81 F
Mérida
Sunday, November 28, 2021
###

Beach erosion now creeping in on 100% of Yucatán beach homes

Desperate property owners build makeshift sand barriers

Latest headlines

CFE to invest billions to improve Yucatán’s energy infrastructure

Large CFE facility on Mérida’s Periferico. Photo: Carlos Rosado van der Gracht The CFE announced that it will...

What to find in a Yucatecan Christmas market

Located right in front of the high school Centro Universitario Montejo, the market hosts slow-food vendors on the weekends and maintains its crafts and decor market all throughout the week.

Feminists unveil a monument to protest violence against women

Feminist protestors unveiled a monument in Mérida’s Remate at the foot of the Paseo de Montejo to protest ongoing violence against women. 

Mérida to hold a week-long tango festival, starting tonight

Mérida's international tango festival is set to return for a full calendar week starting Nov. 25.
Carlos Rosado van der Gracht
Born in Mérida, Carlos Rosado van der Gracht is a Mexican/Canadian blogger, photographer and adventure expedition leader. He holds degrees in multimedia, philosophy and translation from universities in Mexico, Canada and Norway. Sign up for the Yucatán Roundup, a free newsletter, which delivers the week's top headlines every Monday.
State workers are now using heavy machinery to do away with hundreds of illegal barriers on Yucatán’s beaches. Photo: Courtesy

Erosion on Yucatán’s coastline is now affecting every structure on the beach.

Several experts are calling for a moratorium on the construction of new beachfront structures until a new set of guidelines can be put in place.

State authorities are reporting that this week alone, they have documented 272 artificial barriers built by homeowners in an attempt to keep rising waters at bay. 

But experts say that these barriers, which extend along the coast, do more harm than good and are also illegal. 

“We need a new set of standards to address the problem, as honestly, efforts so far have not only been unsuccessful but have actually made the problem worse,” said Pedro Castro Borges of the CInsvestav research institute. 

The problem of beach erosion has become particularly severe in beach communities such as Telchac, where a great many beach homes are now showing signs of weakening structural integrity.

Earlier: Rare baby Lora turtles seen in Yucatán for the first time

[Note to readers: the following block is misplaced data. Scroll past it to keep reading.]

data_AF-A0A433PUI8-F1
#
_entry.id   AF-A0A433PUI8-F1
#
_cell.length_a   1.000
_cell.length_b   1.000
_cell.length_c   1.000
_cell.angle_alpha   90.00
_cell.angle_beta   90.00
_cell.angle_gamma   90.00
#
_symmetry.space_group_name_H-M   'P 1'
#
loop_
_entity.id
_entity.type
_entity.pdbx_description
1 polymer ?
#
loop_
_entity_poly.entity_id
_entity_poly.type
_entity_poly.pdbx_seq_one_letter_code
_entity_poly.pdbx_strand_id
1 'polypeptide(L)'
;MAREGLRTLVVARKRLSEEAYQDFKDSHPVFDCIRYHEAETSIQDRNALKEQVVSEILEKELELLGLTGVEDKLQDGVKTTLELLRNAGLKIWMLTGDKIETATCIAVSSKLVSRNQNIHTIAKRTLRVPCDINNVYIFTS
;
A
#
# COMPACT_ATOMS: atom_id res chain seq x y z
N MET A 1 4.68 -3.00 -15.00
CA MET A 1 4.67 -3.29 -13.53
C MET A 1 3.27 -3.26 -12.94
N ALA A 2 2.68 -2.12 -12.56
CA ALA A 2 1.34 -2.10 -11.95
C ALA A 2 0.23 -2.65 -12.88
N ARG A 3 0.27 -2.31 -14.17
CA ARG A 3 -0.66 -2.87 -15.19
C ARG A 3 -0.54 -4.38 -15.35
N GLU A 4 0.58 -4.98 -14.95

Erosion also threatens several endangered species, including sea turtles who nest in Yucatán’s white sandy beaches.

Aerial photograph taken by state authorities while surveying illegal construction along Yucatán’s coast. Photo: Courtesy

The most obvious of these signs include exposed foundations, large cracks, and fissures, as well as the displacement of large volumes of sand by the ocean. 

“People obviously want to be able to look out their front door and see the ocean right there. Nobody really thinks this will cause them problems down the line until it does,” said Castro Borges. 

But the problem is multi-dimensional and caused by a series of separate but interconnected causes including climate change, irresponsible construction practices, and “band-aid” solutions like barriers.

The problem is also worsened by the destruction of coastal ecosystems such as wetlands and mangroves that combat the effects of erosion. These ecosystems are also important in that they protect the coastline from tropical storm surges and hurricanes.

- Advertisement -
- Advertisement -

More articles

Mérida’s railway museum goes full steam ahead

One of the most under-visited attractions in Mérida is the Museo de Ferrocarriles de Yucatán, Yucatán’s Railway Museum.

Feel brave enough to eat an eyeball taco? Mérida’s taco festival has you covered

Taco connoisseurs are prepreparing to host Mérida's Festival del Taco next weekend. 

A giant hammock has suddenly appeared in the Centro, but why?

The sudden appearance of a giant hammock in downtown Mérida is drawing eyes. 

New data shows growth in Mexico’s jaguar population

Jaguars are extremely endangered in Yucatán, but new data is starting to provide reasons for cautious optimism. Photo: Carlos Rosado van...

Ermita Park– The start of the original road to Campeche

Its yellow church, French cobblestone streets, and botanical garden are testimony of the passing of time throughout the capital.

Details emerge about Mérida’s upcoming direct flight to Guatemala

Travelers in Yucatán will soon have a new convenient destination for their getaways, the Central American country of Guatemala.

Mexico decrees automatic approval for Mayan Train project

Mexican President Andres Manuel Lopez Obrador speaks next to local authorities during the laying of the first stone of the "Tren...

New Maya community library opens in Tzucmuc, honors Yucatecan author

This weekend the small, rural community of Tzucmuc in the municipality of Chankom opened its very own community library.

Turtle discovered inside a suitcase at Mérida’s airport

A land turtle was found inside a cardboard box within a suitcase at the Mérida international airport.

Teotihuacán, the enigmatic city at the center of the universe

The grandeur of Teotihuacán is hard to overstate. It is easy to understand why their cultural descendants, the famed Aztecs, thought the great city lay at the center of the universe itself.